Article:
State entity-filing offices -- typically a division or department of the office of the Secretary of your state -- have made it simple to convert one type of entity to another. Many provide a simple entity conversion form for this purpose. Just check the appropriate boxes on the conversion form, add some simple boilerplate as explained in the instructions to the form, file the form, and you're done. The new business is formed, the assets of the old business are transferred to the new business, and the old business is dissolved. All of this happens automatically by operation of law according to each state's entity conversion statute. What could be simpler?
Of course, nothing is quite so simple when law and taxes are involved, and both come into play when a business is converted to a new legal form.
Let's look at a common type of conversion: the conversion of a co-owned LLC to a corporation. Normally, an LLC-to-corporation conversion is tax-free if the prior business owners are in control of 80% or more of the stock of the new corporation (see IRS Publication 542, Corporations, and my Nolo book, Incorporate Your Business: A Legal Guide to Forming a Corporation in Your State).
But there's more to it, as explained in IRS Revenue Ruling 84-111. This ruling puts partnership-to-corporation conversions into one of three slots, and applies to LLC-to-corporation conversions since co-owned LLCs are treated like partnerships. Here are the three conversion categories:
- "Assets-Over" conversion. The LLC transfers its assets and liabilities "over" to the new corporation, the corporation issues its stock to the LLC, the LLC transfers the stock to its owners in proportion to their LLC capital interests, then the LLC dissolves.
- "Assets-Up" conversion. The LLC distributes its assets and transfers it liabilities "down" to its owners in proportion to their capital interests, the LLC dissolves, and then the owners transfer their individual share of received assets and liabilities "up" to the new corporation in return for a proportionate share of its stock.
- "Interests-Over" conversion. The LLC owners transfer their LLC capital interests "over" to the new corporation in return for a proportionate amount of corporate stock, and then the LLC dissolves.
Each of these conversion methods can have a different effect on the corporation's tax basis and holding period in the assets it receives. Further, LLC owners can end up with a different tax basis in their corporate stock, and each can end up with a different immediate tax result depending on the conversion method used. For instance, an owner may have to pay taxes at the time of the conversion.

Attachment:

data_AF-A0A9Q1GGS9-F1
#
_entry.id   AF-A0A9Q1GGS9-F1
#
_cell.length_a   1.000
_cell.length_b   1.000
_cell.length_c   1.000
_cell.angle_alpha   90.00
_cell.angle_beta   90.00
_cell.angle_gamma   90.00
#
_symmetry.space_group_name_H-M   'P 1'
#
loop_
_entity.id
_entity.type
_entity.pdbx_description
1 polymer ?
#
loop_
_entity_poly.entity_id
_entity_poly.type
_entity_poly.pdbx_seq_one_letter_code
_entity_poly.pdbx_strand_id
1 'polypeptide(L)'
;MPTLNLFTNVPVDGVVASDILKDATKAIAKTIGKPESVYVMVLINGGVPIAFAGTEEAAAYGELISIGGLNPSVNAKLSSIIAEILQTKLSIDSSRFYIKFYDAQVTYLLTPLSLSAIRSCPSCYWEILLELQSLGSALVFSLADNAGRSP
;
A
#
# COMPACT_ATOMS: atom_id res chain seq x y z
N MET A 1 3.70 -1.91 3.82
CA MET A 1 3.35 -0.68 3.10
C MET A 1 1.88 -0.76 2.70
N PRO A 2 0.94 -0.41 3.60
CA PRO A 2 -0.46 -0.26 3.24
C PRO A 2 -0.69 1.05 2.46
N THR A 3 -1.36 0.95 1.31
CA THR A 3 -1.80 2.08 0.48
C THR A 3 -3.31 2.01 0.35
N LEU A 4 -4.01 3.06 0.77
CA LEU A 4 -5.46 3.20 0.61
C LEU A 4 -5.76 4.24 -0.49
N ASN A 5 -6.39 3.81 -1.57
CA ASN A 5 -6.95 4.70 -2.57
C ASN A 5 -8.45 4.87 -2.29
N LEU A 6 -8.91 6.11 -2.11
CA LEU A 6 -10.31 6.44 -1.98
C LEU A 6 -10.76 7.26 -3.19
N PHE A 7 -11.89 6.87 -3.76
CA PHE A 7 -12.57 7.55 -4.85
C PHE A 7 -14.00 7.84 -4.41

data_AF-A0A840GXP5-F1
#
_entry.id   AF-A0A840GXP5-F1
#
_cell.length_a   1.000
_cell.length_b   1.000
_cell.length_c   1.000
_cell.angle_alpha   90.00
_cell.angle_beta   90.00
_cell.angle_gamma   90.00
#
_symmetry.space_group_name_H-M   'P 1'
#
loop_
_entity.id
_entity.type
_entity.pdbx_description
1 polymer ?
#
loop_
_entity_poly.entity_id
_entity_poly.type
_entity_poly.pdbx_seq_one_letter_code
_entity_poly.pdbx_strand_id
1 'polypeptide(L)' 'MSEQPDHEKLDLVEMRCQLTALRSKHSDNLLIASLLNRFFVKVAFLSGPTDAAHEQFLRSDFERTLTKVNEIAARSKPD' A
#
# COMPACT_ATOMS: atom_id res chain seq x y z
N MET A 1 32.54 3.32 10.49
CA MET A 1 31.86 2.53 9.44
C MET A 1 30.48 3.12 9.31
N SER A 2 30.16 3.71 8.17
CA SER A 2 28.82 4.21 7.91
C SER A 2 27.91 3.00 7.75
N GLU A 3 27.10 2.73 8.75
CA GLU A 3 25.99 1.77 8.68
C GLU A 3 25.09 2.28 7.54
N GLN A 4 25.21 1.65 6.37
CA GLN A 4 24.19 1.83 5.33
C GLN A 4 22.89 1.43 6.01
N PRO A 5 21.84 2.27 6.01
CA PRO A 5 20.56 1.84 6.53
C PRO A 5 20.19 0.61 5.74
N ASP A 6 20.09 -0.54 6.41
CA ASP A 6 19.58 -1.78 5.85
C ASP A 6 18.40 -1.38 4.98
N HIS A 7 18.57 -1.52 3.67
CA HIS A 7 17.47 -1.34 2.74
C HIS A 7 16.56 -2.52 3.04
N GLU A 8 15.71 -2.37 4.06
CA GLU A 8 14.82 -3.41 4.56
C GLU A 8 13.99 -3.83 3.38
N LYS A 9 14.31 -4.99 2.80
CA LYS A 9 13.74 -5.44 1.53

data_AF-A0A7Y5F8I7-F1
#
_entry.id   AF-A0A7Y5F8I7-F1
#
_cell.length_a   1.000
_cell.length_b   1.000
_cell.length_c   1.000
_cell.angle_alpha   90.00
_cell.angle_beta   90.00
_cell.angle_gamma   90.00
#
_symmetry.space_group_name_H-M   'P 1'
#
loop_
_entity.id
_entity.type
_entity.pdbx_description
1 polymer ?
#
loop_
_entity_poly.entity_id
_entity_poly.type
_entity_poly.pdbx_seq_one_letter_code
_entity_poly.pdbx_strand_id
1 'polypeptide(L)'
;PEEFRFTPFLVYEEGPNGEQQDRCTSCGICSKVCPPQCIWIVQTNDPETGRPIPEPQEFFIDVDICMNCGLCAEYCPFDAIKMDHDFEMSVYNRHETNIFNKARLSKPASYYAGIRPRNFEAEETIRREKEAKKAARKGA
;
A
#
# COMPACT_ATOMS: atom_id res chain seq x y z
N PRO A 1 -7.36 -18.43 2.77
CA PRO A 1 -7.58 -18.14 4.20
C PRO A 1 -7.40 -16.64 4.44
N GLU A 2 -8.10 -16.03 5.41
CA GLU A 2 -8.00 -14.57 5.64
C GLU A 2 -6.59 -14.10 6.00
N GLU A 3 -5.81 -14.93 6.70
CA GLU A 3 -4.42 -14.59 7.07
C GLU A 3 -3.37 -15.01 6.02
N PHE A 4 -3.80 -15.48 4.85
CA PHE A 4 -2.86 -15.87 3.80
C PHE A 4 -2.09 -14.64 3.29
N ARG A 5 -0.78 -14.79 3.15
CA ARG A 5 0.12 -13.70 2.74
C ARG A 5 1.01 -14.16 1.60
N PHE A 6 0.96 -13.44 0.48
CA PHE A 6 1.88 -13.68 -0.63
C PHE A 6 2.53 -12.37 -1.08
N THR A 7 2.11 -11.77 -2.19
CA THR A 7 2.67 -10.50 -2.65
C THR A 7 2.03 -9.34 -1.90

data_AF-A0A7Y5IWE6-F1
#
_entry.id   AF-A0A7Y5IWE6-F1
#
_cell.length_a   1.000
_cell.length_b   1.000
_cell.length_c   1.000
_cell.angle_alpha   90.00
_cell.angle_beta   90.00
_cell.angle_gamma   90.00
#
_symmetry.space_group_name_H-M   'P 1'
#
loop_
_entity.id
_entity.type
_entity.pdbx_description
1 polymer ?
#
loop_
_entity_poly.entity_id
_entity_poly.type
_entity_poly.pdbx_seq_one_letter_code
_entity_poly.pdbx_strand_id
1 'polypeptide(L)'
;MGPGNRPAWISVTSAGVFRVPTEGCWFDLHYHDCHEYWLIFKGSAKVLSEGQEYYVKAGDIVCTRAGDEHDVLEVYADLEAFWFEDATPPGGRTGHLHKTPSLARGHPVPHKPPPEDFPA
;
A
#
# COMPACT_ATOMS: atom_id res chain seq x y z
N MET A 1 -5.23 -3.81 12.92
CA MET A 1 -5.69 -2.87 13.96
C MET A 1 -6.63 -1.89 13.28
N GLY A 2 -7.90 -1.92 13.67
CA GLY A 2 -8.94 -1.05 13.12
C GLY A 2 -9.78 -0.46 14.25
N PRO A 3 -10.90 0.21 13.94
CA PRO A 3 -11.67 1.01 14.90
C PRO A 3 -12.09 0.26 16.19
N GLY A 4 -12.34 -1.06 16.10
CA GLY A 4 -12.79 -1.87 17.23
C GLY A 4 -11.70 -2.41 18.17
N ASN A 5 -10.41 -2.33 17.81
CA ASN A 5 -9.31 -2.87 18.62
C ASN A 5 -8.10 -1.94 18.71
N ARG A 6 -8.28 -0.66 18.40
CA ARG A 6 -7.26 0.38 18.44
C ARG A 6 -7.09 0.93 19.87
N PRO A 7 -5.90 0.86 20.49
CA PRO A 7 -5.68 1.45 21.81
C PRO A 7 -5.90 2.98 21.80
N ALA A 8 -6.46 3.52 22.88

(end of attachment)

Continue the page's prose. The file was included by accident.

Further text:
OK, this is already sufficiently complicated, but there's more to consider (clue: it's the subject of this article): Converting a co-owned LLC through the use of a state-provided entity-conversion form without an actual (legally documented) transfer of assets or interests. Let's call this type of conversion an "Automatic" conversion.
Revenue Ruling 2004-59 explains how the IRS treats an automatic conversion of an LLC to corporation through the filing of a state conversion form. This ruling says that when an entity treated as a partnership (again, which includes a co-owned LLC) is converted to a corporation through the filing of a state conversion form without an actual transfer of assets or interests, the IRS assumes the following steps occur, in this order:
- The partnership contributes all its assets and liabilities to the corporation in exchange for stock in such corporation.
- The partnership liquidates, distributing the stock of the corporation to its partners.
This assumed sequence of events looks familiar, doesn't it? It matches the sequence of events described in the assets-over conversion described earlier, which means it's likely that the IRS will consider the conversion of an LLC to a corporation through a state conversion form filing to be an assets-over conversion. This leads to further complications that can have significant tax effects.
Here's one: Internal Revenue Code (IRC) Section 1244 allows business owners to treat worthless stock as an ordinary loss, which can be deducted against ordinary income on their tax returns. However, one of the requirements of using Section 1244 is that the shareholder claiming the loss must be the original owner of the stock. But if you re-read the description of an assets-over conversion, you'll see that the LLC entity, not its owners, is considered to be the original owner of the shares under that conversion scenario, and the corporation's shareholders are considered to be the second set of shareholders (they receive their shares from the dissolving LLC).
What this means is that the use of a simple state conversion form to convert an LLC to a corporation may eliminate the future ability of the corporation's shareholders to take a large deduction on their individual tax returns. Instead, the shareholders may be limited to claiming only a capital loss if their corporation fails. Since a capital loss can only be used to offset capital gains, the owners may be unable to deduct the loss on their capital investment, or may have to wait several years to do so.
Complications and unexpected tax results of this sort are why it's best to check with a tax advisor before making even the simplest type of filing with the state to form a business entity or convert an entity from one form to another.
Copyright 2008 by Anthony Mancuso
This article is provided as information and opinion. Please check with a legal or tax advisor for legal or tax advice.